Our planet is facing the largest environmental crisis in human history (Kellogg & Schware 2019). The Atmospheric and Oceanic Sciences (AOS) Department studies the effects of climate change, air pollution, and environmental degradation, which leaves no person unaffected and disproportionately and negatively impacts marginalized communities, including many who identify as Black, Indigenous, Latinx, and People of Color. The Geosciences has historically had a significant underrepresentation of minority groups and women, which largely persists to this day. There has been no increase in the numbers of underrepresented minorities gaining Ph.D.s in the last 40 years in the Geosciences relative to demographic shifts in the population (Bernard & Cooperdock, 2018; Fig 1). These numbers are also reflected in our Department, both in Ph.D.s earned and in faculty demographics. While there have been marked improvements in the gender balance of graduating PhDs nationally, more work is needed. Gains in the gender balance of Ph.D.s awarded nationally (Bernard & Cooperdock, 2018; Fig 2) are not yet reflected in our faculty. These figures indicate a bottleneck in the academic pipeline that is pervasive even at the undergraduate level (Wilson 2014). There is lost potential and talent at every academic level in our field. As members of the Geoscience community, we accept that we have historically failed in representing both domestic and international racial, ethnic, gender, and and LGBTQ+ diversity within our faculty and students.
While acknowledging the problem is an important step, we take this opportunity to commit to an anti-racist and anti-discriminatory position, and to continually move toward. The AOS Department pledges to (1) strive to actively create a diverse academic community; one which reflects the broader community and encourages the highest quality of research, (2) foster an environment that recognizes and supports diversity and gives each person a space for safe expression, and (3) identify and implement mechanisms that actively combat racism, exclusion, and discrimination and hold members accountable for their actions.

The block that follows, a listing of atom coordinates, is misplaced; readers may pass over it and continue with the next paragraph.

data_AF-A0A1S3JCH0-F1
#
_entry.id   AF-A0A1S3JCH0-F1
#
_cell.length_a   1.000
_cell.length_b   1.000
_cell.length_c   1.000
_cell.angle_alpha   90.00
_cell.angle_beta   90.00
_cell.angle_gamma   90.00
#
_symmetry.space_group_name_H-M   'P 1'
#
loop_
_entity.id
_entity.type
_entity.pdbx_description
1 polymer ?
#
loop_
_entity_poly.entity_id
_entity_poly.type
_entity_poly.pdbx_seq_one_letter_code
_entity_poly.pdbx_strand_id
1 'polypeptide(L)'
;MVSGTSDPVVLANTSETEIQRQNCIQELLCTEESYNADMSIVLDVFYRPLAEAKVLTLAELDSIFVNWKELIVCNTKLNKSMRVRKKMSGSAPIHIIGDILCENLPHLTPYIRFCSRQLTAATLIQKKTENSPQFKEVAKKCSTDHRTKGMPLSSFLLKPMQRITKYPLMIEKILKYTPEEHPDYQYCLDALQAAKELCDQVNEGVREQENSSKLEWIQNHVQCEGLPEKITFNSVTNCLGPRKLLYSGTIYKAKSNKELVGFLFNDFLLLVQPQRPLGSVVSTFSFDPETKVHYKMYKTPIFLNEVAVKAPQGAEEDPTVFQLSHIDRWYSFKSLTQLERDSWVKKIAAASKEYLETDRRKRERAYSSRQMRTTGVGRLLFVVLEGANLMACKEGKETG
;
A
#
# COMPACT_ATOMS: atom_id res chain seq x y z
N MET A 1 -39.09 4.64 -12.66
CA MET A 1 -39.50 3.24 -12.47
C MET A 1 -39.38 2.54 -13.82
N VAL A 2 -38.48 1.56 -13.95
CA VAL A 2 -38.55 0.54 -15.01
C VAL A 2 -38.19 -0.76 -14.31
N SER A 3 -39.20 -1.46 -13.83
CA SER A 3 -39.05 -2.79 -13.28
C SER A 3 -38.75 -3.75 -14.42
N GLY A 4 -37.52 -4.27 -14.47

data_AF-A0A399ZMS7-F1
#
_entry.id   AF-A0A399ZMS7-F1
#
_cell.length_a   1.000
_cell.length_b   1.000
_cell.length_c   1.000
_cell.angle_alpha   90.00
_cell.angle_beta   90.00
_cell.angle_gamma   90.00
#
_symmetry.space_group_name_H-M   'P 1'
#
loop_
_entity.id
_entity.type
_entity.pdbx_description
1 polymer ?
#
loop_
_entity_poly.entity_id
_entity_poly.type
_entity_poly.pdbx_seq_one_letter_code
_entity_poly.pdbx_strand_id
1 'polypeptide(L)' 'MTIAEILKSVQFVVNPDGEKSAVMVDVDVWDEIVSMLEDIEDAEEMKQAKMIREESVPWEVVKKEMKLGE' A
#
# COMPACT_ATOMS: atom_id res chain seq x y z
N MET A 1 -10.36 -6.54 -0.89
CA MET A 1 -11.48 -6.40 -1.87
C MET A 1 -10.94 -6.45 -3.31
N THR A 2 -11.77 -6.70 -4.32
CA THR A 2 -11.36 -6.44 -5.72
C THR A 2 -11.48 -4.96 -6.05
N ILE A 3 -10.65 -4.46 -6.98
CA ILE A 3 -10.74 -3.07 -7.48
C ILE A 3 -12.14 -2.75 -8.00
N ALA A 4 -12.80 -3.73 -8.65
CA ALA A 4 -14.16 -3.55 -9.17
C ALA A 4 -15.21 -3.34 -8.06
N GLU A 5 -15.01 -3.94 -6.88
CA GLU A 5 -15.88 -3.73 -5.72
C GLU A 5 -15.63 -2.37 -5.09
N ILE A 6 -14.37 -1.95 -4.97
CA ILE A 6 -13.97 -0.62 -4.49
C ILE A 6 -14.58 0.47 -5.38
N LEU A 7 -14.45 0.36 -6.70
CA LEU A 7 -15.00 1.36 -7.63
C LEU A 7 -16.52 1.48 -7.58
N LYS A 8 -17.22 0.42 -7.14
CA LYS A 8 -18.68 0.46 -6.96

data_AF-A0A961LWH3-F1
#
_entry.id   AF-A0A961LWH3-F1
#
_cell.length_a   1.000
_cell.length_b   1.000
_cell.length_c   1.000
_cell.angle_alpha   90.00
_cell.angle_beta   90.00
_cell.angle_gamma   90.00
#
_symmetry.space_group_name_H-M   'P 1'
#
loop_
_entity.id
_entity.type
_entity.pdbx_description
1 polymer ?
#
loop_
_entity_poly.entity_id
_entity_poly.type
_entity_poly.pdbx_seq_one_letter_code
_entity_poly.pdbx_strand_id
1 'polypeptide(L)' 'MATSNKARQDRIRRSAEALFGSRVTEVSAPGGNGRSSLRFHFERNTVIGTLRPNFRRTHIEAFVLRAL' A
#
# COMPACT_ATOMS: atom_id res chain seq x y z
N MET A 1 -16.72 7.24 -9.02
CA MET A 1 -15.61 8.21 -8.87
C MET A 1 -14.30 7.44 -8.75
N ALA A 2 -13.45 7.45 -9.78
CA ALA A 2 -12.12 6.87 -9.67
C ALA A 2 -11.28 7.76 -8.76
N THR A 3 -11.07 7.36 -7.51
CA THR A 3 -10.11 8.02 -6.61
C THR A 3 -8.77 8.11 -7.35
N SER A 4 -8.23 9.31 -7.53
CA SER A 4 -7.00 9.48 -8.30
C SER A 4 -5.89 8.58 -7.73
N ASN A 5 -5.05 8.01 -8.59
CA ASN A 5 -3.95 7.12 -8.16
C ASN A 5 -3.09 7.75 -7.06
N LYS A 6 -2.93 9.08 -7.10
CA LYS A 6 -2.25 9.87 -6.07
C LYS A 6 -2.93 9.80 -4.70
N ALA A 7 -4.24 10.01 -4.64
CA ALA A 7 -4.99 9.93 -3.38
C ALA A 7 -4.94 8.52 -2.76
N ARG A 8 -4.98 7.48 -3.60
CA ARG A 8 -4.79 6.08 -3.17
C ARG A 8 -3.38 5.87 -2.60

We rely on diverse talents and perspectives to study past, present, and future environmental changes and challenges, and to provide advice for decision makers. The quality of science and solutions can only improve if recruitment of talent includes the entire breadth of our society. We value the important progress made in the Geosciences from members from historically marginalized communities, and recognize the substantial institutional obstacles that these students, postdocs, and faculty face. We are committed to making our Department a safe and inclusive space where diversity is welcomed, fostered, and celebrated. We will not accept failure in achieving our goals and expect that future statistics will demonstrate our success.
Figure 1. Ph.D.s earned by US citizens and permanent residents between 1973 and 2016. Bernard and Cooperdock (2018) point out that when looking at “underrepresented minorities (that is, excluding White non-Hispanics and Asian non-Hispanics), and comparing with the increasing share of these groups in the US population (measured by decadal census and 2016 estimate), it becomes clear that gains in Hispanic or Latino PhDs largely reflect an increase in the relevant population in the US, and that there are no gains in PhDs earned among the other underrepresented groups”. In conclusion, our fields have not increased underrepresented minority representation over the past 40 years. Figure reproduced from Bernard & Cooperdock, 2018.
Figure 2. Gender balance in the Geosciences in Ph.D.s earned in the US between 1973 and 2016. Bernard and Cooperdock, 2018.
Figure 3. Percentage of Geoscience Bachelor’s Degrees Awarded to Underrepresented Minorities in the US between 2003 and 2012. Wilson 2014.
This statement was approved by the AOS Faculty on July 1st 2020, after consultation with our student body.
Bernard, R. E., & Cooperdock, E. H. (2018). No progress on diversity in 40 years. Nature Geoscience, 11(5), 292-295.
Kellogg, W.W. & Schware, R. (2019). Climate change and society: consequences of increasing atmospheric carbon dioxide. Routledge.
Wilson, C. E. (2014). The challenges of comparing data on minorities in the geosciences. Geoscience Currents, 83.
Below we provide a link to resources and student organizations that may provide support, both within and outside our department, and all of which we collaborate with in order to continue the work in making our department more inclusive. We encourage prospective students to contact us with inquiries on our academic programs and financial and academic support available at the undergraduate and graduate level (contact: Denise Lopez, AOS Student Affairs Officer, firstname.lastname@example.org).